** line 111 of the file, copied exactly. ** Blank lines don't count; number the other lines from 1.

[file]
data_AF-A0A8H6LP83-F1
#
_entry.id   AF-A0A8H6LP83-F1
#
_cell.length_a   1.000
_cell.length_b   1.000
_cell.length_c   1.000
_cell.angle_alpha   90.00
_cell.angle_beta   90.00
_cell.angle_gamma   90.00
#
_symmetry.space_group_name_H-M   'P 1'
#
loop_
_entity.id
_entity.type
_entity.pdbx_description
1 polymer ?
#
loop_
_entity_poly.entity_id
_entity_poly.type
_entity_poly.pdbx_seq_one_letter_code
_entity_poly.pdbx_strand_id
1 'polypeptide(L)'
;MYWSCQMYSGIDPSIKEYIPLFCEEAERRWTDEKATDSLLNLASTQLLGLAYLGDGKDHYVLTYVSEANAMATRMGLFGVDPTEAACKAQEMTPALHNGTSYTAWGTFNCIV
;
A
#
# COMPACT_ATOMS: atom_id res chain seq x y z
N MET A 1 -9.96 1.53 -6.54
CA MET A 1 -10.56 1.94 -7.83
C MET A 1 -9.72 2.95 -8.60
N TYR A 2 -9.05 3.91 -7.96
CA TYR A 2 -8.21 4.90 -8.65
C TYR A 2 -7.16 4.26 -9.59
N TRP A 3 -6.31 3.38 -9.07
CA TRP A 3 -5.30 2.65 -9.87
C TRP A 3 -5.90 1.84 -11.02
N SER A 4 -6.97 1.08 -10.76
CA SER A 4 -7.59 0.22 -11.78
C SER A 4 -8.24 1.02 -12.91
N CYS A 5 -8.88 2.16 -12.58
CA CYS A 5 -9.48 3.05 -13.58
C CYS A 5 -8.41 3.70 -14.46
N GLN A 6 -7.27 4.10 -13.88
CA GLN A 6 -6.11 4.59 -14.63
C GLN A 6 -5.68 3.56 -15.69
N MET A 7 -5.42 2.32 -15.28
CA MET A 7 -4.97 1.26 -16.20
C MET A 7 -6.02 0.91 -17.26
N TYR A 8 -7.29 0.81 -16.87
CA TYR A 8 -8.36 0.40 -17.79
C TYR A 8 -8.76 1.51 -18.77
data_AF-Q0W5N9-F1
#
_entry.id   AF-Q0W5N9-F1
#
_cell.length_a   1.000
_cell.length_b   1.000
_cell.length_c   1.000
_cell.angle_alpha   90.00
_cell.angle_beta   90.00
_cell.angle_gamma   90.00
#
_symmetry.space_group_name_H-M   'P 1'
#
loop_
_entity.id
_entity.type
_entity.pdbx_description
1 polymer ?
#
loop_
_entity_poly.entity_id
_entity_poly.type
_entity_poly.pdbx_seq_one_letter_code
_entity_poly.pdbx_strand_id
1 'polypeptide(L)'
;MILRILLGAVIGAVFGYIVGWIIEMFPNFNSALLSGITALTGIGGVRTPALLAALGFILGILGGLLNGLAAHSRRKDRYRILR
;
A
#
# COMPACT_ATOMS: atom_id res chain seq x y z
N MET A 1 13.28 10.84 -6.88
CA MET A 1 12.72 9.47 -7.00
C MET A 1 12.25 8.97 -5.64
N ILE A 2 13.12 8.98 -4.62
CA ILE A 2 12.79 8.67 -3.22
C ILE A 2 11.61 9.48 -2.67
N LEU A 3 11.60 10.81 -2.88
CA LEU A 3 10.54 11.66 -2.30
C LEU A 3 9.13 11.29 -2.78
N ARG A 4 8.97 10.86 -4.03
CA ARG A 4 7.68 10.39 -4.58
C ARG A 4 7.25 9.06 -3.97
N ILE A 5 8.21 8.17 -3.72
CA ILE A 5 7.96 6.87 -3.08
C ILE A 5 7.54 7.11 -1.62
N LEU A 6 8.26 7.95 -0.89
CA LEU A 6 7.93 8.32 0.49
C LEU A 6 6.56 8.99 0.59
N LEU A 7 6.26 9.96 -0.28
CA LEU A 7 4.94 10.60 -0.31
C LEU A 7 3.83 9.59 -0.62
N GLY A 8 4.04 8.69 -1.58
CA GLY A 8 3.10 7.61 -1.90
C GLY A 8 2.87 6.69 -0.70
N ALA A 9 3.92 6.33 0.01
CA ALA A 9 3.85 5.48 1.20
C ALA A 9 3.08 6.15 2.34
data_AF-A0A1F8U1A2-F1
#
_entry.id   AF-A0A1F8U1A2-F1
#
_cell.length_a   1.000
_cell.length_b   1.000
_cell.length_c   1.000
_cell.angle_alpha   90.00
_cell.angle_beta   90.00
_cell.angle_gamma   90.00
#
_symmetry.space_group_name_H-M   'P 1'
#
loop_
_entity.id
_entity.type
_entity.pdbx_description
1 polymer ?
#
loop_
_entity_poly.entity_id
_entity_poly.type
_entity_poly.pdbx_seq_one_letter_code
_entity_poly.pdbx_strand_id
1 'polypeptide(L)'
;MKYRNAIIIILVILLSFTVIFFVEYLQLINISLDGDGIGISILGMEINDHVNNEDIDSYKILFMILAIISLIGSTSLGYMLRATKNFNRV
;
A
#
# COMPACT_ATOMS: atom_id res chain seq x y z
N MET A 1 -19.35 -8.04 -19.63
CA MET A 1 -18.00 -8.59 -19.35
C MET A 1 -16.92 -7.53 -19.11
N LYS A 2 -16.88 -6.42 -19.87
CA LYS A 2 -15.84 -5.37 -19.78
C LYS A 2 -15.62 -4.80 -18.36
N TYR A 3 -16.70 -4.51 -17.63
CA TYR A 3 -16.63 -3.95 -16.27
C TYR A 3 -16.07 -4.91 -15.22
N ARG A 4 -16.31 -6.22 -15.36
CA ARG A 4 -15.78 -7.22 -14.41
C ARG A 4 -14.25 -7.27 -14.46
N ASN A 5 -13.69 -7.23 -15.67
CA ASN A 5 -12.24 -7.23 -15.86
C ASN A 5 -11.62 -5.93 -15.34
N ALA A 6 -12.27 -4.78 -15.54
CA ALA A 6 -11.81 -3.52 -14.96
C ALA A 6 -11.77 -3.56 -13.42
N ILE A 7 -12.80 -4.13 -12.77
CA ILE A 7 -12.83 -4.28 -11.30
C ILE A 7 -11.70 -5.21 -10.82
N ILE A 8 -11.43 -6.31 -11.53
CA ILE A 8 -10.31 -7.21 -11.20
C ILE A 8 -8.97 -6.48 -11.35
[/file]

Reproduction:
C ALA A 9 3.08 6.15 2.34